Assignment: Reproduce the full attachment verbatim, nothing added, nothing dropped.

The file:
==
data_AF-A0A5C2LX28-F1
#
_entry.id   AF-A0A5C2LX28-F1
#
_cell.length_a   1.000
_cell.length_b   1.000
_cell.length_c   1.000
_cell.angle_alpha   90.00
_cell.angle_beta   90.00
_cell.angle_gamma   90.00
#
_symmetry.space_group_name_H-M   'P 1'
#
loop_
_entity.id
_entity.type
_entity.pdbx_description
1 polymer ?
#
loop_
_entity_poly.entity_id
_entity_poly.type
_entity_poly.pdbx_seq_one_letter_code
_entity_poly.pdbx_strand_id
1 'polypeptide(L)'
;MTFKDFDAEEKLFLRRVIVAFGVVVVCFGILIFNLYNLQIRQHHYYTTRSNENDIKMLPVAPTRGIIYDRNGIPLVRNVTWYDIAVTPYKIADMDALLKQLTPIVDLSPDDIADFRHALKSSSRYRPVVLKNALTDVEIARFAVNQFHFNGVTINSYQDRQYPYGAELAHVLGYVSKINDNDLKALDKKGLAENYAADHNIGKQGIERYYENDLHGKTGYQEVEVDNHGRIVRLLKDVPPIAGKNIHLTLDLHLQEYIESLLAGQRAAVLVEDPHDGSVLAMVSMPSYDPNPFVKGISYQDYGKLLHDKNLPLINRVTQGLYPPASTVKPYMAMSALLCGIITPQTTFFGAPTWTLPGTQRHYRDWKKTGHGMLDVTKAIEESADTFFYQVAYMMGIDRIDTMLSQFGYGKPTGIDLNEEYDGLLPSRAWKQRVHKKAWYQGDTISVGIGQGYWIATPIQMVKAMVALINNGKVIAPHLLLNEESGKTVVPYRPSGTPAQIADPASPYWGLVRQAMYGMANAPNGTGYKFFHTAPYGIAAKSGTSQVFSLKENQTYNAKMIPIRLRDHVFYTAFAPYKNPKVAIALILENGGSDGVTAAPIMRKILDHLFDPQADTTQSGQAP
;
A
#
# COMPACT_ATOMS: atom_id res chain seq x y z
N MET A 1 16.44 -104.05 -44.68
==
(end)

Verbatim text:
data_AF-A0A5C2LX28-F1
#
_entry.id   AF-A0A5C2LX28-F1
#
_cell.length_a   1.000
_cell.length_b   1.000
_cell.length_c   1.000
_cell.angle_alpha   90.00
_cell.angle_beta   90.00
_cell.angle_gamma   90.00
#
_symmetry.space_group_name_H-M   'P 1'
#
loop_
_entity.id
_entity.type
_entity.pdbx_description
1 polymer ?
#
loop_
_entity_poly.entity_id
_entity_poly.type
_entity_poly.pdbx_seq_one_letter_code
_entity_poly.pdbx_strand_id
1 'polypeptide(L)'
;MTFKDFDAEEKLFLRRVIVAFGVVVVCFGILIFNLYNLQIRQHHYYTTRSNENDIKMLPVAPTRGIIYDRNGIPLVRNVTWYDIAVTPYKIADMDALLKQLTPIVDLSPDDIADFRHALKSSSRYRPVVLKNALTDVEIARFAVNQFHFNGVTINSYQDRQYPYGAELAHVLGYVSKINDNDLKALDKKGLAENYAADHNIGKQGIERYYENDLHGKTGYQEVEVDNHGRIVRLLKDVPPIAGKNIHLTLDLHLQEYIESLLAGQRAAVLVEDPHDGSVLAMVSMPSYDPNPFVKGISYQDYGKLLHDKNLPLINRVTQGLYPPASTVKPYMAMSALLCGIITPQTTFFGAPTWTLPGTQRHYRDWKKTGHGMLDVTKAIEESADTFFYQVAYMMGIDRIDTMLSQFGYGKPTGIDLNEEYDGLLPSRAWKQRVHKKAWYQGDTISVGIGQGYWIATPIQMVKAMVALINNGKVIAPHLLLNEESGKTVVPYRPSGTPAQIADPASPYWGLVRQAMYGMANAPNGTGYKFFHTAPYGIAAKSGTSQVFSLKENQTYNAKMIPIRLRDHVFYTAFAPYKNPKVAIALILENGGSDGVTAAPIMRKILDHLFDPQADTTQSGQAP
;
A
#
# COMPACT_ATOMS: atom_id res chain seq x y z
N MET A 1 16.44 -104.05 -44.68